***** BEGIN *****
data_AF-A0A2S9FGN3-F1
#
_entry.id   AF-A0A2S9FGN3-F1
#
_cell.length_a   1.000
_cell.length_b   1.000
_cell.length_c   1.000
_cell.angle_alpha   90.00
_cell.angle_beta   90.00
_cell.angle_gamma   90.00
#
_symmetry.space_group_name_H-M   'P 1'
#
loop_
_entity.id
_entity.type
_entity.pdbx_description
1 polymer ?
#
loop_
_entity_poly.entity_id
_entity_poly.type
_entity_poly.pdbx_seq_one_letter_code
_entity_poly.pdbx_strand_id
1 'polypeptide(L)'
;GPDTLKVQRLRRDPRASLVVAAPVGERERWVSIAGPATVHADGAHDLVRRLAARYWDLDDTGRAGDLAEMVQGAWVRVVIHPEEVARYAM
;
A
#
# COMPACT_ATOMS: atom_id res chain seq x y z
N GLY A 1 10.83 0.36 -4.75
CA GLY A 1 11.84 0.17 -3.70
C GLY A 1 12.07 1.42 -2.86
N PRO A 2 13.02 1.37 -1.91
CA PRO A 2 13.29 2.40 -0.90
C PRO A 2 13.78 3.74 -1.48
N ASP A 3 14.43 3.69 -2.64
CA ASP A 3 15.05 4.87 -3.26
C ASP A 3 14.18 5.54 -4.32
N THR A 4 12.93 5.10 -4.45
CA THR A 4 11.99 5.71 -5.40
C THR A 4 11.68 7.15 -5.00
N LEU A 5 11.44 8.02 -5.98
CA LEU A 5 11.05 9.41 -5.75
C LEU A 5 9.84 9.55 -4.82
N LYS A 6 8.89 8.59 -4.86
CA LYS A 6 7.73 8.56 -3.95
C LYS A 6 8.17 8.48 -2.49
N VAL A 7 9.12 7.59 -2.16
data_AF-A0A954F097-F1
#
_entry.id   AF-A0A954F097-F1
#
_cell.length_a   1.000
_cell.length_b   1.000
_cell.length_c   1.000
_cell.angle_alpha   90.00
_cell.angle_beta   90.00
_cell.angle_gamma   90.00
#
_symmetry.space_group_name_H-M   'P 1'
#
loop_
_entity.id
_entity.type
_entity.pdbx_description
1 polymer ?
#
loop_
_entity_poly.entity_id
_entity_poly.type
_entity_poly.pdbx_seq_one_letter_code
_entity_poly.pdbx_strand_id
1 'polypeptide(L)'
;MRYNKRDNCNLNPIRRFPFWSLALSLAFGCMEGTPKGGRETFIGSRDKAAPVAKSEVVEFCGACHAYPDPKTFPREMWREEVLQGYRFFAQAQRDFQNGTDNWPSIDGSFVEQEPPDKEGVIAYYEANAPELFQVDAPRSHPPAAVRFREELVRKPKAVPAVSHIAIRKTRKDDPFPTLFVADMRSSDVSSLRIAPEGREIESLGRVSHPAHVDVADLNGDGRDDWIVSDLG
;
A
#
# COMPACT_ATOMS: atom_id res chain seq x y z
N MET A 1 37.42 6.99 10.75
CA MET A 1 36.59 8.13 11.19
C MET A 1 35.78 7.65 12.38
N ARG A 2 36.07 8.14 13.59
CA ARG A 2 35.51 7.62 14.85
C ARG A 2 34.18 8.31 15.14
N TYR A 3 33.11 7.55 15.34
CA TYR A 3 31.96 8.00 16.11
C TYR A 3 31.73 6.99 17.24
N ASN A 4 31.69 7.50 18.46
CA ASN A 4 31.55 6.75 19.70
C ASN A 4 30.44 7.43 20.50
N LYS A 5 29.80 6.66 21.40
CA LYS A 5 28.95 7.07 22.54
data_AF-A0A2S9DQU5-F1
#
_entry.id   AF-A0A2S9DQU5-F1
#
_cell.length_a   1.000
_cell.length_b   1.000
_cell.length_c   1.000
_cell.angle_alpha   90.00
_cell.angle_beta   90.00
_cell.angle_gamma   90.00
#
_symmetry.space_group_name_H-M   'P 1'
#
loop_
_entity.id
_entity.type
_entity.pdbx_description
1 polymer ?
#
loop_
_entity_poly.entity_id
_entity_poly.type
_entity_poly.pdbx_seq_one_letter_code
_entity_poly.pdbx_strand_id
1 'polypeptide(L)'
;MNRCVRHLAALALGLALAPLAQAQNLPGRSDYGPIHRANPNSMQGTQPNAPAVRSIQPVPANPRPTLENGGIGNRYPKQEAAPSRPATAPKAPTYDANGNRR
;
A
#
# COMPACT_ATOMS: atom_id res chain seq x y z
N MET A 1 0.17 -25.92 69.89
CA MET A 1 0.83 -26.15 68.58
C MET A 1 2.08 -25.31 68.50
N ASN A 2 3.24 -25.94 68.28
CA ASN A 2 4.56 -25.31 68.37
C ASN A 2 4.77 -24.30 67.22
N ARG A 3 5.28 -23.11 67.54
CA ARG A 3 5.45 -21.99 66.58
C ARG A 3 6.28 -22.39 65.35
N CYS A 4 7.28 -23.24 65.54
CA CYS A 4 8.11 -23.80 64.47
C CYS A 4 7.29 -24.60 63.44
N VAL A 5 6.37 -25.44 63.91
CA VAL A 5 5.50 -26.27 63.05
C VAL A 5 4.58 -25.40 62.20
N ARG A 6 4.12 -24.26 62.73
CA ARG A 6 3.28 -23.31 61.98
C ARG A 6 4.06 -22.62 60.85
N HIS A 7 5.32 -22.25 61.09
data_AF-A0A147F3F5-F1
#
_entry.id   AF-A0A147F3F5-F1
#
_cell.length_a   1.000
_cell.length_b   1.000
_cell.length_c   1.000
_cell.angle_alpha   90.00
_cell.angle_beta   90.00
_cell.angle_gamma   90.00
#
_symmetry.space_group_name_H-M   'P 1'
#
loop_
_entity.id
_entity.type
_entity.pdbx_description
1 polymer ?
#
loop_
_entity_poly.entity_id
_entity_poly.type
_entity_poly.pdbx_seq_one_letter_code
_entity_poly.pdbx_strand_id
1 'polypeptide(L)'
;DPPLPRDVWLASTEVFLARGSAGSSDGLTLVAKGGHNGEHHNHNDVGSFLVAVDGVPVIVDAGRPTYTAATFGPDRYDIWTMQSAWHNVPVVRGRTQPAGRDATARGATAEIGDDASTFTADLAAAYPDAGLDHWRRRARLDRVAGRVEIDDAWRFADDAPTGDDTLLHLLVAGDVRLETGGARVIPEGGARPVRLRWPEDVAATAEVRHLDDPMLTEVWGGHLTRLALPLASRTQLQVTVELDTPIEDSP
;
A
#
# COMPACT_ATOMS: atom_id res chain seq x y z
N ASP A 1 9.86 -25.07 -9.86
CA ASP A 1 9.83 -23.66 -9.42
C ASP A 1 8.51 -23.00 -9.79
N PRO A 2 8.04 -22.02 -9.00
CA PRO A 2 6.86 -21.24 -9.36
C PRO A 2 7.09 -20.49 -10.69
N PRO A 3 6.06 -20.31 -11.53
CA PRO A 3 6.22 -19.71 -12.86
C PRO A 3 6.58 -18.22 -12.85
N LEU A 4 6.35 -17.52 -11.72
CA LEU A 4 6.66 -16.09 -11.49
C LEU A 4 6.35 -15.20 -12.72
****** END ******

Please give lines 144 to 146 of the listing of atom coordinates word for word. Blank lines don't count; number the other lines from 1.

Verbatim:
#
_entry.id   AF-A0A147F3F5-F1
#